James Elton, born into the world with hardly a chance to survive, becomes a man by the age of seven when he works for his daily bread. His young mother does whatever she can to get by, living in a cottage on a farm owned by the man who will change her son's life. She reads James her own poetry as they sleep in the same bed, and she smells of her own homemade soap. At age nine, James enters a whole other world of incarceration, one which he will never truly escape. His soul becomes jailed and he learns to do what he must to survive.

Leaving the physical jails, James makes his way to NYC where he was born in a shelter before his mother ran for the fresh start of clean air. The city holds many dangers and opportunities for a young man who has no skills, no identification and cannot read. He begins to reinvent himself. What he becomes, his mother surely would not like. The devil is in the details of this tale and the deeds done are a form of hell on earth. James, now John, falls in love and hopes that it will save him. In the end, he may need to save her too.

This work is masterfully poetic. It reads much like a work of art, and leaves the reader to decipher the resulting impressions. Confusing at times, chaotic, yet carefully scripted, it is a highly interesting read.

Friday, October 19, 2007

Religious Thesis Review

The Curs-ed Net
By Byron LeBeau and Richard Stout
ISBN-10: 1604771496
Review by Heather Froeschl

Often, when the mention of UFO’s is made, eyebrows are raised and the skepticism rises. Often, when mention of demons is made, the same thing occurs. In “The Curs-ed Net” by Byron LeBeau and Richard Stout, readers will come to understand the authors’ intentions to share their thoughts on both eyebrow raising issues and contemplate what the two have to do with one another.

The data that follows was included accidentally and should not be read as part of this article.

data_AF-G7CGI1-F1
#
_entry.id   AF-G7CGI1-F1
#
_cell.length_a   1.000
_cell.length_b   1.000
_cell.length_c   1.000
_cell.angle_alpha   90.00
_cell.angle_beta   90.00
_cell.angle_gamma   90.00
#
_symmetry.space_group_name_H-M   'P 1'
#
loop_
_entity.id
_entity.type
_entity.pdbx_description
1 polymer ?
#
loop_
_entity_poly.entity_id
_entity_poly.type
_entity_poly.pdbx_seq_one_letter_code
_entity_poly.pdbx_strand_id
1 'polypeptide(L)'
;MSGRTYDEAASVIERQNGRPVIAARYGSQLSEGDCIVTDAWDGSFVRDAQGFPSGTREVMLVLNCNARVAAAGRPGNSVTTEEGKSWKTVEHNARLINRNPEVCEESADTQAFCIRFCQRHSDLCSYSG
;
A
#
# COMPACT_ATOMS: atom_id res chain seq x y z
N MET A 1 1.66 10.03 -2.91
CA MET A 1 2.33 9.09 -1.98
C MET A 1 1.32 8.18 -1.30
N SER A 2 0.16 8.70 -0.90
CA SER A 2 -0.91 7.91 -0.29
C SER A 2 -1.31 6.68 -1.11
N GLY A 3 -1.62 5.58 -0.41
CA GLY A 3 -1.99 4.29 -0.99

The foundation of the thesis is the Ethiopian Book of Enoch and some of the writings of the Old Testament and deals with the Fallen Angels and their intentions to catch humans up in their own cursed net. And so the authors warn readers to watch for demons disguised as aliens, abductions and hybrid production, mythology of the stars, worship of the heavenly bodies, and the messages spread by mediums. It is a lot to take in! There are many observations, speculations and contemplations to consider here. The authors mention many other books that relate to their particular points so that in effect, readers could feasibly have much homework to do in this particular course of study.

Logically laid out and described, the text is not light reading. It is a well thought out and presented thesis and superbly written as such. However, it isn’t an engaging dialogue or particularly captivating entertaining read, at least not to me. Eyebrows may be raised higher than the usual UFO subject brings about. You might not agree with what the authors have to say but word of mouth should move this title along very nicely with whispers of what has become a large part of popular culture.

Monday, October 15, 2007

Personal Growth/Inspirational review